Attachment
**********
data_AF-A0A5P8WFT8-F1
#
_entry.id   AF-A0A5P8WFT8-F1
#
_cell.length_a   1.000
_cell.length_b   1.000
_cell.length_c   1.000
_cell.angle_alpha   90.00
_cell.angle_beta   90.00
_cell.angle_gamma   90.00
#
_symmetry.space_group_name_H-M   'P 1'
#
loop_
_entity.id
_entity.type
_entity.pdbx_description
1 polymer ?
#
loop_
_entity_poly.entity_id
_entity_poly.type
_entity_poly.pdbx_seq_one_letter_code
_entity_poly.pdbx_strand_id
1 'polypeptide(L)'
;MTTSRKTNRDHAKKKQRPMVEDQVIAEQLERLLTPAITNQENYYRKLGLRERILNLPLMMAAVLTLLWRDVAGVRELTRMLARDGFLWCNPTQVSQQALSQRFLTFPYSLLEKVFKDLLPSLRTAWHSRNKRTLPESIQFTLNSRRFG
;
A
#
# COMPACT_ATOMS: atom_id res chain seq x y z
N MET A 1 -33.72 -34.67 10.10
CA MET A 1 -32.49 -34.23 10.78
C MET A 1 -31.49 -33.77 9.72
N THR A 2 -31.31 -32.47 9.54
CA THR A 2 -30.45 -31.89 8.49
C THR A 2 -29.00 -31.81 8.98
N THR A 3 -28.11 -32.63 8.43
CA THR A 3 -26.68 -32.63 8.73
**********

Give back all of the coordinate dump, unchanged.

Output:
data_AF-A0A5P8WFT8-F1
#
_entry.id   AF-A0A5P8WFT8-F1
#
_cell.length_a   1.000
_cell.length_b   1.000
_cell.length_c   1.000
_cell.angle_alpha   90.00
_cell.angle_beta   90.00
_cell.angle_gamma   90.00
#
_symmetry.space_group_name_H-M   'P 1'
#
loop_
_entity.id
_entity.type
_entity.pdbx_description
1 polymer ?
#
loop_
_entity_poly.entity_id
_entity_poly.type
_entity_poly.pdbx_seq_one_letter_code
_entity_poly.pdbx_strand_id
1 'polypeptide(L)'
;MTTSRKTNRDHAKKKQRPMVEDQVIAEQLERLLTPAITNQENYYRKLGLRERILNLPLMMAAVLTLLWRDVAGVRELTRMLARDGFLWCNPTQVSQQALSQRFLTFPYSLLEKVFKDLLPSLRTAWHSRNKRTLPESIQFTLNSRRFG
;
A
#
# COMPACT_ATOMS: atom_id res chain seq x y z
N MET A 1 -33.72 -34.67 10.10
CA MET A 1 -32.49 -34.23 10.78
C MET A 1 -31.49 -33.77 9.72
N THR A 2 -31.31 -32.47 9.54
CA THR A 2 -30.45 -31.89 8.49
C THR A 2 -29.00 -31.81 8.98
N THR A 3 -28.11 -32.63 8.43
CA THR A 3 -26.68 -32.63 8.73